Coal mines, like the controversial Turów mine on the Polish/Czech border, are not the future. Indeed, the presence of the mine is risking the region’s ability to transition away from coal and the livelihoods of the people around it, writes Milan Starec.
Milan Starec is a resident of the Liberec Region of the Czech Republic, which is just south of the Polish/Czech border and has alleged that the Polish Turów mine is draining its water supply.
I live on the Czech/Polish border near the Turów coal mine. For years, I have been struggling to ensure my life here is healthy and safe from the nearby mine, but as its illegal digging expands, it is endangering me and my neighbours. So I was shocked that, after years of the mine taking away our drinking water and us fighting to get this recognised, the Polish authorities decided to simply ignore us and prolong the mine’s life until 2044.
At the same time, the mine’s operator – state-owned PGE – started an advertising campaign showing the face of a sad little girl from a stock photo website, asking why we want to destroy her family’s livelihood.
I am asking you to look at my face because it is real. As real as the faces of many other people here losing their drinking water every day because of the Turów mine. As real as the faces of those whose houses are cracking from the mine’s ongoing, illegal operations.
Turów causes real problems for the Czech, German, and yes, also Polish people living around it. During the weekends we hear church bells from Opolno-Zdrój – a former Polish spa town which is about to be destroyed for the mine’s extension.
PGE wants people to believe that 80,000 people would lose their jobs if the complex is closed. Well, the real number of employees of Turów complex is 3,536 – 1,190 of which retire by 2030. In the whole chain of employment there are surely more people engaged, but as the whole region has 89,200 inhabitants – including kids and pensioners – this number is definitely far from true.
What is true is that our Polish neighbours are afraid that once the mining is over, there will be no more future for them in this region. I completely understand their fear, as PGE is the main employer here. But that is exactly the reason why the transition of the region needs to be embraced and started as soon as possible, not fought with misinformation and false hope.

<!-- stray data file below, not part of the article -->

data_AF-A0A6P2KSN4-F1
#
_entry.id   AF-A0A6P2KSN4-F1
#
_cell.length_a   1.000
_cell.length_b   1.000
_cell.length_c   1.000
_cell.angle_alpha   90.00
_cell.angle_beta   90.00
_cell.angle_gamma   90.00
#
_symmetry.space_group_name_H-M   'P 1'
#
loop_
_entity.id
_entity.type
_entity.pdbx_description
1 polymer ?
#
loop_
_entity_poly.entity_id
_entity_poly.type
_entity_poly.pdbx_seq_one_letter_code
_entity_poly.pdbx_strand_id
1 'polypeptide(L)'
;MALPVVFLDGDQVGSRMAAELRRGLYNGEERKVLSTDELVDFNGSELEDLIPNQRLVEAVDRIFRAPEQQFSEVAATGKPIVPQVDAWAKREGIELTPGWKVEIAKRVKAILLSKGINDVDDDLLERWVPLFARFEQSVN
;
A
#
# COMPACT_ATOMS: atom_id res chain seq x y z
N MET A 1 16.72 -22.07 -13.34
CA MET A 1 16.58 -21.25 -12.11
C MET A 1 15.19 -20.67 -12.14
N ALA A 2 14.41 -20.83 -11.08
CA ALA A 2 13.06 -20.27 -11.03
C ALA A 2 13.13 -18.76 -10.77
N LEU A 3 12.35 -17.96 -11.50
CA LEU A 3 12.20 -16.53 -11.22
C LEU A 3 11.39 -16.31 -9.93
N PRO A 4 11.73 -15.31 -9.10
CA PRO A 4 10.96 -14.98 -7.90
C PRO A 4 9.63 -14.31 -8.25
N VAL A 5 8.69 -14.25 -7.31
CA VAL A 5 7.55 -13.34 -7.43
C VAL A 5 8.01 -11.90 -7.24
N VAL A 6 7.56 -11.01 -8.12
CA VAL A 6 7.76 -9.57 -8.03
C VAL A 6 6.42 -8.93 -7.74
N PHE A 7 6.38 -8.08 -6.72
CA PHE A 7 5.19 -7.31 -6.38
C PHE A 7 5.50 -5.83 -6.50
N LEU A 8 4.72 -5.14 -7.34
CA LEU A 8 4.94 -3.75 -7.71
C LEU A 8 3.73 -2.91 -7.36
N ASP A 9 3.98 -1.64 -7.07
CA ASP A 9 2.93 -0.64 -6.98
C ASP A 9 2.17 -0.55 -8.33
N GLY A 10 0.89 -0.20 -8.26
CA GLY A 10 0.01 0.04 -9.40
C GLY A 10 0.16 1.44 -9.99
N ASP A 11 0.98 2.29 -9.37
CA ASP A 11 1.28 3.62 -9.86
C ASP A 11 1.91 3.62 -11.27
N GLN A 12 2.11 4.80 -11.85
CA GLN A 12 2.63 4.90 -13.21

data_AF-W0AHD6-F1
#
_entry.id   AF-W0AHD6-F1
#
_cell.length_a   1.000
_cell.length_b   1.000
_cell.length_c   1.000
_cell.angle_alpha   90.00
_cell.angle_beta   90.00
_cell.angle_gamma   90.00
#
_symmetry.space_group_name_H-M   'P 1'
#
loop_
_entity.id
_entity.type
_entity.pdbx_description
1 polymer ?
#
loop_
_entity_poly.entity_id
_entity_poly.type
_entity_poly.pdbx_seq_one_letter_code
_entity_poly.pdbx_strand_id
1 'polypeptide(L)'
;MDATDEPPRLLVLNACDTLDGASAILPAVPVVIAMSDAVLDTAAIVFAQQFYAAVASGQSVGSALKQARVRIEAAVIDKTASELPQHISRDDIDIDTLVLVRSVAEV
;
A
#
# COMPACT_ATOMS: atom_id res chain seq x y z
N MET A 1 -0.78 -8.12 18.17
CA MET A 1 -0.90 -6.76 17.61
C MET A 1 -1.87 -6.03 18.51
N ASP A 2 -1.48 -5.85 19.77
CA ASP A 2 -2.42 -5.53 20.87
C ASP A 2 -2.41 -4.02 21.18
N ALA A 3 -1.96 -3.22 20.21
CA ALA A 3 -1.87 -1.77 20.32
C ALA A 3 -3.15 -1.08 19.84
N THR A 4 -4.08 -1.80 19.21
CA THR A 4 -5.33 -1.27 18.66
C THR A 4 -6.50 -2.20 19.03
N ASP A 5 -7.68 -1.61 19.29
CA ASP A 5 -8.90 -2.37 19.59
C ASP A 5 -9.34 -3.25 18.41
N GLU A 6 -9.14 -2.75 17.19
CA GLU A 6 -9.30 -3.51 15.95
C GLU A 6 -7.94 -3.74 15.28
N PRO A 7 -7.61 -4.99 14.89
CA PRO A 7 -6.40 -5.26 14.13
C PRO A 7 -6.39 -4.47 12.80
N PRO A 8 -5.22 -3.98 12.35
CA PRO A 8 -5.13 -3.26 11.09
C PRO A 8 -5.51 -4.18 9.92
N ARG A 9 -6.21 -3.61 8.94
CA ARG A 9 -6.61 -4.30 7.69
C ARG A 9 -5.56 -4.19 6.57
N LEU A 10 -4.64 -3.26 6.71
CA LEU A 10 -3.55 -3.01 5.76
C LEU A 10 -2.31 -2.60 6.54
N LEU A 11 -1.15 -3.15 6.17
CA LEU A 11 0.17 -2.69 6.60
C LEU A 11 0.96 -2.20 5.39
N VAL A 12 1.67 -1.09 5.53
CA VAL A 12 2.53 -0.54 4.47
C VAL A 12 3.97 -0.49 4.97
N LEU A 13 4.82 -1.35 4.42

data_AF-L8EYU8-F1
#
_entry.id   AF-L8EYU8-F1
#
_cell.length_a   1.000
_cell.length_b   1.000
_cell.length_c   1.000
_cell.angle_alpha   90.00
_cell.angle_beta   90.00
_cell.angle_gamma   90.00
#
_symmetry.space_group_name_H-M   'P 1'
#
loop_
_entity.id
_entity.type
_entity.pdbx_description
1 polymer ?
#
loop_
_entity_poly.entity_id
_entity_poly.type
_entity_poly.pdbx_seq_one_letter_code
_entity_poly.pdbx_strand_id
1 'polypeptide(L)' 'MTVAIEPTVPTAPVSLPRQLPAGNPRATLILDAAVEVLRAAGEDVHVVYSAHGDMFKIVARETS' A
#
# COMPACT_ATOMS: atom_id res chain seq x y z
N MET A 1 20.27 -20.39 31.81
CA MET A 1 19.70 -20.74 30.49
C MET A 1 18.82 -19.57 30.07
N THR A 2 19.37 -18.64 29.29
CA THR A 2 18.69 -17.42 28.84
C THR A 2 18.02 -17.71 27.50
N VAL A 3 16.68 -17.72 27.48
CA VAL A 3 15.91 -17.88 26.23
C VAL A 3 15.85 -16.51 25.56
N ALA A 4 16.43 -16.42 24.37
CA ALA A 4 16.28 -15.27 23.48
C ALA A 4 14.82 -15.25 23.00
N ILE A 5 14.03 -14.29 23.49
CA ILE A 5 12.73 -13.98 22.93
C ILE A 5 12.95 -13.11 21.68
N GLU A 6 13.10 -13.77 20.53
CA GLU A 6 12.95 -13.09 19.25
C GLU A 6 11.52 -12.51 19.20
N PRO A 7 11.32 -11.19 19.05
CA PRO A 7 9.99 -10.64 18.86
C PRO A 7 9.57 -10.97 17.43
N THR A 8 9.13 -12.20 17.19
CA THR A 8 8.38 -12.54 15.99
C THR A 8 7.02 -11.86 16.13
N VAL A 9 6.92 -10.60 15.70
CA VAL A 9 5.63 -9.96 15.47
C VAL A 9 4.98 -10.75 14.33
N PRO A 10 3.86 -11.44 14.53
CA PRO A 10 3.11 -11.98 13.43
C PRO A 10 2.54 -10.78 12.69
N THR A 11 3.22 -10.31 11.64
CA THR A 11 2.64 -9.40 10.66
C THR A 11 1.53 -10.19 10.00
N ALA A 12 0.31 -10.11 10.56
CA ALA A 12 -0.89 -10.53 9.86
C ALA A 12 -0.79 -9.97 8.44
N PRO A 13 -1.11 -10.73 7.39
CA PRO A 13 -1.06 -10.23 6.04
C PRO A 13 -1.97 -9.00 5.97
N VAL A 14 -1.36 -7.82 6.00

We see all over Europe that the coal industry is under huge economic pressure, and PGE’s stubbornness in fighting the inevitable is prolonging the suffering of common people living here. Unless there are new jobs and opportunities created in a matter of years, the region will face much deeper problems.
If PGE truly cared about the people in the region, they would have prepared the transition plan already. They would face the situation and, as good managers, ensure that this region gets funds from the EU. This will help to create new jobs and open the door to a better future for those whose jobs are at risk, but also finally bring protection and peace of mind to people like me.
Instead, PGE decided to risk the transition funds, fuel the fear of their employees, and strengthen the conflict in my neighbourhood. Local people, Czech and German municipalities, NGOs, even the Czech state and MEPs have come out in opposition to the mine, but Polish authorities have simply ignored everyone and prolonged the mine’s operation for the next 23 years.
We want all of our neighbours, be it over the street or over the borders, to have secure and happy lives. I cannot imagine they would wish anything less for us. More and more coal mining doesn’t provide this for anyone, and I do not understand why the European Commission does not step up and enforce EU legislation to protect real people and real communities. It is needed for all of us, in all three countries.